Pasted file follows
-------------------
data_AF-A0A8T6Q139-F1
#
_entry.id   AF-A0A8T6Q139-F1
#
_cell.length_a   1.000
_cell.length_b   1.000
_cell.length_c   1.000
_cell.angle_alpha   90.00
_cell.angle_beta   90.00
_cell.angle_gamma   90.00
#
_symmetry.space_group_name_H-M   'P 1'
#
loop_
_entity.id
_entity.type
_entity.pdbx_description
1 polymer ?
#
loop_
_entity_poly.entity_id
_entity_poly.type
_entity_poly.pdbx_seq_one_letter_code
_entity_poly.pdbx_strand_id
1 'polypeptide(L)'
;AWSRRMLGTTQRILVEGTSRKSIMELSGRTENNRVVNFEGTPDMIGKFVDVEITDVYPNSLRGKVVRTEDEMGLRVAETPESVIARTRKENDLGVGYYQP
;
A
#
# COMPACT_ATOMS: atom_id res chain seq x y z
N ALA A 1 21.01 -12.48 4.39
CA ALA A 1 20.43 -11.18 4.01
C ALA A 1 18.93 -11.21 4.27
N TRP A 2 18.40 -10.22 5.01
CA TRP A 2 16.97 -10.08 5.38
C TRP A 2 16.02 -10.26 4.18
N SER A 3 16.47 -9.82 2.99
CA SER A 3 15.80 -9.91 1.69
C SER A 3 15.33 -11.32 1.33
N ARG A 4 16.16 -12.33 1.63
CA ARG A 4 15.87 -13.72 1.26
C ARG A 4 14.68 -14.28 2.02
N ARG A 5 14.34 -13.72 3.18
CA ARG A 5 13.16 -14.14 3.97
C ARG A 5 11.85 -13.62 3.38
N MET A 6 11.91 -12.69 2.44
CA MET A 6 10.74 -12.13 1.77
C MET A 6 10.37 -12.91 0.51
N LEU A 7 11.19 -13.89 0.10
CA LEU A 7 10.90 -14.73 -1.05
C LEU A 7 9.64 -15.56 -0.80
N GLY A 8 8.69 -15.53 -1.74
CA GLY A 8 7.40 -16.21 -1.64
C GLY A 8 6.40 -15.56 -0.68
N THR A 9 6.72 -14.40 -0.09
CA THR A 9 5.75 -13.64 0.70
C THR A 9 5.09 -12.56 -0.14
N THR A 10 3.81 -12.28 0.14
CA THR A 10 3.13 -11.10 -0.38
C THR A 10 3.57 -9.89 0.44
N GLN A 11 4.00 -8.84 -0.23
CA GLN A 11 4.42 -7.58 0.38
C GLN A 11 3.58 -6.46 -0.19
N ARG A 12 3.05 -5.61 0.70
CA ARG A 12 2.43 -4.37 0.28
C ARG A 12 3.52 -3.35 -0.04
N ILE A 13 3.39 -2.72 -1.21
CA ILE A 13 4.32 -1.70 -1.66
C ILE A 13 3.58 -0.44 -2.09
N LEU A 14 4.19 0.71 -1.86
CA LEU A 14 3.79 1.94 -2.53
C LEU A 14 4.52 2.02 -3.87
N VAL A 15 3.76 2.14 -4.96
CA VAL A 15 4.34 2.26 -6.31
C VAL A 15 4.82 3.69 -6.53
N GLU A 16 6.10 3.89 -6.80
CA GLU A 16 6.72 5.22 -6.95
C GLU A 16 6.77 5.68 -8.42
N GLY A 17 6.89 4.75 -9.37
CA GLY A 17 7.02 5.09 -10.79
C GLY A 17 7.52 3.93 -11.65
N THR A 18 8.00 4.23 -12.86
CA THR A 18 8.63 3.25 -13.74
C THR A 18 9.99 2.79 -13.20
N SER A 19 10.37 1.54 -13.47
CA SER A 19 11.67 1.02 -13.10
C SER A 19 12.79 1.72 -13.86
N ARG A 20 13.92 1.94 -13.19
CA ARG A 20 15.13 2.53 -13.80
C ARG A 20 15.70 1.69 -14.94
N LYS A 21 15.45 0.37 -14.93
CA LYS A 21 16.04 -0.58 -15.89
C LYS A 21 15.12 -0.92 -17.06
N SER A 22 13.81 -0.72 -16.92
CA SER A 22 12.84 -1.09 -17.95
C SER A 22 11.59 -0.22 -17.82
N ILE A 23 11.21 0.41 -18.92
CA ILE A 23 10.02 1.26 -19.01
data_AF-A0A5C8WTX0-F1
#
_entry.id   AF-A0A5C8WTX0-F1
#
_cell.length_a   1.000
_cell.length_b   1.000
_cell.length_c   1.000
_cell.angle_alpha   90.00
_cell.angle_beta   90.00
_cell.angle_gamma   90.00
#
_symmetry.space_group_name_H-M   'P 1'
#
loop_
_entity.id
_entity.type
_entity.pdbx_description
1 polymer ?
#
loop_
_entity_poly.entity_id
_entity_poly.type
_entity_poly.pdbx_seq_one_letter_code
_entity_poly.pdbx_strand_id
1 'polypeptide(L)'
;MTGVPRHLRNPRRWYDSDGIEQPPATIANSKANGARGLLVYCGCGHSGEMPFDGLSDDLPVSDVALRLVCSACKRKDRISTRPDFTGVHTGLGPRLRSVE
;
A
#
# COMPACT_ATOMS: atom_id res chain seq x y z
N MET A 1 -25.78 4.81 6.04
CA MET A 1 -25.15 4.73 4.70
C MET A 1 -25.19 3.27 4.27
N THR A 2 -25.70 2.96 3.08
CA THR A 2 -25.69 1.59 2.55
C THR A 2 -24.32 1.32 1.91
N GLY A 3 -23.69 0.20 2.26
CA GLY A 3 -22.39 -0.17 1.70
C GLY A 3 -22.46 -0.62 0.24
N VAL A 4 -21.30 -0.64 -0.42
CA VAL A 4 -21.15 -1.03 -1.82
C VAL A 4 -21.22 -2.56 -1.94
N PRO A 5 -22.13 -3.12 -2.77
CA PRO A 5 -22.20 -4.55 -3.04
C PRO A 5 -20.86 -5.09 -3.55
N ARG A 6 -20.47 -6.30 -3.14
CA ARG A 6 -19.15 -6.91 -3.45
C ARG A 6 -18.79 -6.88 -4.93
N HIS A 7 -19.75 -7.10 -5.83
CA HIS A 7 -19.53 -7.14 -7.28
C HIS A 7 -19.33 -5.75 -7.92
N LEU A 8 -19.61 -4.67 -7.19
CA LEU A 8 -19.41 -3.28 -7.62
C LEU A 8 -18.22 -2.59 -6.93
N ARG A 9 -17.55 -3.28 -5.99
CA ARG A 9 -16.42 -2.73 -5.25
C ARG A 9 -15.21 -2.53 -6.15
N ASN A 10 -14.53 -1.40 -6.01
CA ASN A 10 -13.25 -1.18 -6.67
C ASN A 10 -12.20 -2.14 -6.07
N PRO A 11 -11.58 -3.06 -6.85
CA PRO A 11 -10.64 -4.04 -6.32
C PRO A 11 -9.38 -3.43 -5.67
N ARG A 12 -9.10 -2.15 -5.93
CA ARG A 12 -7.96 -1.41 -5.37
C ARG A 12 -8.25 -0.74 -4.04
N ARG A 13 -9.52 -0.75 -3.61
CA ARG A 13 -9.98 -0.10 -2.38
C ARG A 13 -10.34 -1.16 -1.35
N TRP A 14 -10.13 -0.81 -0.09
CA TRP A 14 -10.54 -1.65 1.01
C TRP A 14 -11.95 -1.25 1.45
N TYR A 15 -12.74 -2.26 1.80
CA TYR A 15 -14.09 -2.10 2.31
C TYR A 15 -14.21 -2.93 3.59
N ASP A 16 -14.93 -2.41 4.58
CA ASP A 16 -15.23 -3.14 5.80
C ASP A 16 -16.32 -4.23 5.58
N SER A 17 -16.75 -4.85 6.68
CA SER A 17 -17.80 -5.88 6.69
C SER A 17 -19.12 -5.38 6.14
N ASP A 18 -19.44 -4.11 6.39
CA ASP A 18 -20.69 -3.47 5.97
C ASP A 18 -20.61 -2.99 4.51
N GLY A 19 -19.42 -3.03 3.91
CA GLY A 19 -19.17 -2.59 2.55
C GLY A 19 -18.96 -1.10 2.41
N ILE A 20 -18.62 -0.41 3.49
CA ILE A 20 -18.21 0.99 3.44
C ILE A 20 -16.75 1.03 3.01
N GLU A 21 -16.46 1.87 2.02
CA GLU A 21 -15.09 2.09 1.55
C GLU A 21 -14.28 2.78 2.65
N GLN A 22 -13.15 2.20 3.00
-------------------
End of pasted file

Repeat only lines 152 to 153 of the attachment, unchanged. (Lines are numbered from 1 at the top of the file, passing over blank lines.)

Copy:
C LEU A 8 -18.22 -2.59 -6.93
N ARG A 9 -17.55 -3.28 -5.99